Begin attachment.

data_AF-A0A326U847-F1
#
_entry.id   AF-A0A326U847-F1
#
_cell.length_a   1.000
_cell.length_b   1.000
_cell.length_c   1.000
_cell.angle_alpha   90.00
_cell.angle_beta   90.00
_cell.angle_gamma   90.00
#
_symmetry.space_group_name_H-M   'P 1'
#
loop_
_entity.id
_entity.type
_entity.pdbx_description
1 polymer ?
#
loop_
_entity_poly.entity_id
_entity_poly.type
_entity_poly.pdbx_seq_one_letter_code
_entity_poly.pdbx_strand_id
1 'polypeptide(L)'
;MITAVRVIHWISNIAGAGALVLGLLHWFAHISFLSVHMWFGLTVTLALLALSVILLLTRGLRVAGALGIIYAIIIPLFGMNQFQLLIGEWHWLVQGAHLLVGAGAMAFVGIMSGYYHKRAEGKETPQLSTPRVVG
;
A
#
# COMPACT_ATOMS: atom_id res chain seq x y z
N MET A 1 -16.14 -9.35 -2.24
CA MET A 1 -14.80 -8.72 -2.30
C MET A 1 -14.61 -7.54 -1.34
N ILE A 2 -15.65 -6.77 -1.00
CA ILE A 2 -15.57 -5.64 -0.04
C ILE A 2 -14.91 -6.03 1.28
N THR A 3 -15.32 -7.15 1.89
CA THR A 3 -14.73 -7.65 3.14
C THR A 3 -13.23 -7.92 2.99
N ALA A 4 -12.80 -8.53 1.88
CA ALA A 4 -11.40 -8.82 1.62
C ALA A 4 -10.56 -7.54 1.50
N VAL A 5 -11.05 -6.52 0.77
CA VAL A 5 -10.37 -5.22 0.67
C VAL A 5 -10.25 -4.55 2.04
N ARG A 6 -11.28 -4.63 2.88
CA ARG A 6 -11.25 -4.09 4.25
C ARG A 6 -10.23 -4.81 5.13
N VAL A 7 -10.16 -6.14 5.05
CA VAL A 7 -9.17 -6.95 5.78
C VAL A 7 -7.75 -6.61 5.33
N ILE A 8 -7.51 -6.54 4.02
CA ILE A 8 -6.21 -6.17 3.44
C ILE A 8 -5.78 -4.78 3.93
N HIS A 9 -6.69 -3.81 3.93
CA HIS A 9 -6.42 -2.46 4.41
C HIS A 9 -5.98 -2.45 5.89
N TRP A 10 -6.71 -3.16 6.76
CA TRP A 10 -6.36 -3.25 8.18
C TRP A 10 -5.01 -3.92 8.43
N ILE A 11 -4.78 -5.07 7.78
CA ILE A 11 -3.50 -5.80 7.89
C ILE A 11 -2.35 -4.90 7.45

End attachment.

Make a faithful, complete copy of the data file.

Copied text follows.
data_AF-A0A326U847-F1
#
_entry.id   AF-A0A326U847-F1
#
_cell.length_a   1.000
_cell.length_b   1.000
_cell.length_c   1.000
_cell.angle_alpha   90.00
_cell.angle_beta   90.00
_cell.angle_gamma   90.00
#
_symmetry.space_group_name_H-M   'P 1'
#
loop_
_entity.id
_entity.type
_entity.pdbx_description
1 polymer ?
#
loop_
_entity_poly.entity_id
_entity_poly.type
_entity_poly.pdbx_seq_one_letter_code
_entity_poly.pdbx_strand_id
1 'polypeptide(L)'
;MITAVRVIHWISNIAGAGALVLGLLHWFAHISFLSVHMWFGLTVTLALLALSVILLLTRGLRVAGALGIIYAIIIPLFGMNQFQLLIGEWHWLVQGAHLLVGAGAMAFVGIMSGYYHKRAEGKETPQLSTPRVVG
;
A
#
# COMPACT_ATOMS: atom_id res chain seq x y z
N MET A 1 -16.14 -9.35 -2.24
CA MET A 1 -14.80 -8.72 -2.30
C MET A 1 -14.61 -7.54 -1.34
N ILE A 2 -15.65 -6.77 -1.00
CA ILE A 2 -15.57 -5.64 -0.04
C ILE A 2 -14.91 -6.03 1.28
N THR A 3 -15.32 -7.15 1.89
CA THR A 3 -14.73 -7.65 3.14
C THR A 3 -13.23 -7.92 2.99
N ALA A 4 -12.80 -8.53 1.88
CA ALA A 4 -11.40 -8.82 1.62
C ALA A 4 -10.56 -7.54 1.50
N VAL A 5 -11.05 -6.52 0.77
CA VAL A 5 -10.37 -5.22 0.67
C VAL A 5 -10.25 -4.55 2.04
N ARG A 6 -11.28 -4.63 2.88
CA ARG A 6 -11.25 -4.09 4.25
C ARG A 6 -10.23 -4.81 5.13
N VAL A 7 -10.16 -6.14 5.05
CA VAL A 7 -9.17 -6.95 5.78
C VAL A 7 -7.75 -6.61 5.33
N ILE A 8 -7.51 -6.54 4.02
CA ILE A 8 -6.21 -6.17 3.44
C ILE A 8 -5.78 -4.78 3.93
N HIS A 9 -6.69 -3.81 3.93
CA HIS A 9 -6.42 -2.46 4.41
C HIS A 9 -5.98 -2.45 5.89
N TRP A 10 -6.71 -3.16 6.76
CA TRP A 10 -6.36 -3.25 8.18
C TRP A 10 -5.01 -3.92 8.43
N ILE A 11 -4.78 -5.07 7.78
CA ILE A 11 -3.50 -5.80 7.89
C ILE A 11 -2.35 -4.90 7.45